With titles to her credit like Autobiography of a Fat Bride, We Thought You Would Be Prettier, and The Idiot Girls' Action-Adventure Club, it should not surprise us that Laurie Notaro would find ever-new ways to take embarrassment to dizzying new levels. It Looks Different on the Model, her first collection in four years, shows that freak-magnet fame has not armored this veteran humor columnist with self-assurance. The book's revelations include a butter-laden feast for vegan children; a post-office scandal; and apocalyptic email messages from her mother. One paperback original you won't regret.
Trying to fit in—sometimes literally—can be daunting, but Notaro's attempts are hilariously captured in this collection. In "Let It Bleed," Notaro (Spooky Little Girl) takes on the bane of women everywhere: trying on clothes in a dressing room, with lighting ranges from "cruel" to "barbaric." In "She's a Pill," it's not a physical hurdle Notaro must overcome but a mental one: her alter ago, "Ambien Laurie," who emerges when Notaro takes the sleeping pill that can cause people to act strangely in their sleep—Notaro binges on junk food like a zombie and watches dreadful movies. Her relationship with her staunchly Republican parents, who live in Phoenix, Ariz., and are still dismayed that Notaro moved to Eugene, Ore., is most notably described in "It's a Bomb," when she flies in for her mother's birthday. Notaro regresses to rebellious daughter and her parents to their old overbearing selves, complete with Notaro's obsessively clean mother telling her, "f you're going to shed , pick it up. Hair makes me gag." Notaro's humor is self-deprecating without ever swaying into self-pity, and her situations are both specific and universal. (July)
Praise for Laurie Notaro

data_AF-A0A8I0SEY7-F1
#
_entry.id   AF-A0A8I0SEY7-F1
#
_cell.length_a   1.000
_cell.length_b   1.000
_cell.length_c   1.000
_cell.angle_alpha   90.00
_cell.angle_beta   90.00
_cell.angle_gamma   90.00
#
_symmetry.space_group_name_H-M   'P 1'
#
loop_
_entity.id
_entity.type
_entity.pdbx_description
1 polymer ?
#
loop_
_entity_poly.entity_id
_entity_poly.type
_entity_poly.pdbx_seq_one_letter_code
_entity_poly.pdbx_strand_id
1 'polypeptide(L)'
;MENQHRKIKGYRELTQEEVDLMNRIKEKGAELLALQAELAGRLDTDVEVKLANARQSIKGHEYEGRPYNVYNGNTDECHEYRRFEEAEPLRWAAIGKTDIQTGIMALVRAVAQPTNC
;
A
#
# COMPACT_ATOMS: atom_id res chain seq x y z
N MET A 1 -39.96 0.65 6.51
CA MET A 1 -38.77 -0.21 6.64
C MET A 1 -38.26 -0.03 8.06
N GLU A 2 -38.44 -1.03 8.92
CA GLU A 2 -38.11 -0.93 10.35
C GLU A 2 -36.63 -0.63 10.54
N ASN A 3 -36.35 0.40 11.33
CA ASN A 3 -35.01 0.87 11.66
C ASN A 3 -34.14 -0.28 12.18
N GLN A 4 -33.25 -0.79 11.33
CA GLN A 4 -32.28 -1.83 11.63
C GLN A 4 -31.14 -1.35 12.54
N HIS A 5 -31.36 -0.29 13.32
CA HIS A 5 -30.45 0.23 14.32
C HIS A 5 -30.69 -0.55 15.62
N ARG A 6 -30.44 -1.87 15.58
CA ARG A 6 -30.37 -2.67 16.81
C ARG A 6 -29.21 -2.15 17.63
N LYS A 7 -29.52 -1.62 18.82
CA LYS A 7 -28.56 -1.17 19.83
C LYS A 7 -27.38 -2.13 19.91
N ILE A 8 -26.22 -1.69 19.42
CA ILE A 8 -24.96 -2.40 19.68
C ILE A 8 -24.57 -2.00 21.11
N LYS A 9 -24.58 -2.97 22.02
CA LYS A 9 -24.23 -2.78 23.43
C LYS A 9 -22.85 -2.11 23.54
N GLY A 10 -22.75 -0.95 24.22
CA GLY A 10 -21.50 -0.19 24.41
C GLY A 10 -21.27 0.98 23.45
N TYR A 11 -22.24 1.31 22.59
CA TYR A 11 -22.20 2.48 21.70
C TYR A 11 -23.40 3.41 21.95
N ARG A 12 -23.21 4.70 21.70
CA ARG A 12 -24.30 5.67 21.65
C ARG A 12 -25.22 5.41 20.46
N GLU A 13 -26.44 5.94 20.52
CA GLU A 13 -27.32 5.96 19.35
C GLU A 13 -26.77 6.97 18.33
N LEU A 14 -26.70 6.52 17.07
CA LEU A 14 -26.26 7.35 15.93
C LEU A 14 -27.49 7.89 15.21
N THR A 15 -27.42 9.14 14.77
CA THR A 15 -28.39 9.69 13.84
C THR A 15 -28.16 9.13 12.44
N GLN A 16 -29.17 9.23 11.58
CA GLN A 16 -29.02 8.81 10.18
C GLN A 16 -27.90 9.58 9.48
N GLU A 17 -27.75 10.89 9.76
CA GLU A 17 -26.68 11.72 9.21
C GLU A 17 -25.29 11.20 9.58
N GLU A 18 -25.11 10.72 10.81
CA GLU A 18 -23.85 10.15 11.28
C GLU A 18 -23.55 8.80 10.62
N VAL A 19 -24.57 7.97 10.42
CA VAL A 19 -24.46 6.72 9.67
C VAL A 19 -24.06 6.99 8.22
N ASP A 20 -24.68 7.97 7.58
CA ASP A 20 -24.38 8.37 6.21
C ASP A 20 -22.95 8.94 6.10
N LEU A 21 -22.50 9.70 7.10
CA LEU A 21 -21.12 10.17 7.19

“Laurie Notaro is absolutely hilarious. You never see the jokes coming. They’re always organic to her writing, and it makes her a joy to read.”—Justin Halpern, author of Sh*t My Dad Says
“If her books don’t inspire pants-wetting fits of laughter, then please consult your physician, because, clearly, your funny bone is broken.”—Jen Lancaster, author of Pretty in Plaid
“Whenever I pick up a book by Laurie Notaro, I know I’ll be in a good mood soon. Because Laurie Notaro makes me laugh. Period.”—Meg Cabot, author of The Princess Diaries and Overbite
“Hilarious, fabulously improper, and completely relatable, Notaro is the queen of funny.”—Celia Rivenbark, author of Bless Your Heart, Tramp
Former humor columnist Notaro (Spooky Little Girl, 2010, etc.) gathers observations on the odds and ends of her transplanted life in a series of quirky domestic vignettes.
Some pieces focus on the trials and tribulations of being the author. These include falling tragically in love with a shirt for which she was "the wrong size, wrong age, and had the wrong wallet"; living with a pill-popping alter ego named "Ambien Laurie" who would ritually—and, unbeknownst to the waking Laurie—gorge on snack foods and go on midnight online shoe-shopping binges; and dealing with a frank dislike of being hugged or touched.Other stories focus on the foibles of her equally neurotic family. In one, Notaro pokes fun at her mother's e-mail forwards that"in e-mail code mean[t] 'Forecasting World Destruction'." In another essay, the author describes how in her mother and father's cheerfully dysfunctional home, parents are parents, children are children and no one is safe from character assault. A few pieces more directly deal with Notaro's attempts at coming to terms with Eugene, Ore., her new home, a city she sees as overrun by hippies, swingers, vegans and justice-seeking plant fairies who, "in the dead of night...delicately placed to deep green shrubs with brilliant red berries on either side of [her] door" to make up for the loss of two azaleas stolen by unrepentant tree thieves. Though clearly intended as funny, the book elicits only occasional laughter for the odd twists and turns the stories tend to take rather than for the actual subject matter.
An uneven collection hampered by forced humor and a lack of cohesion.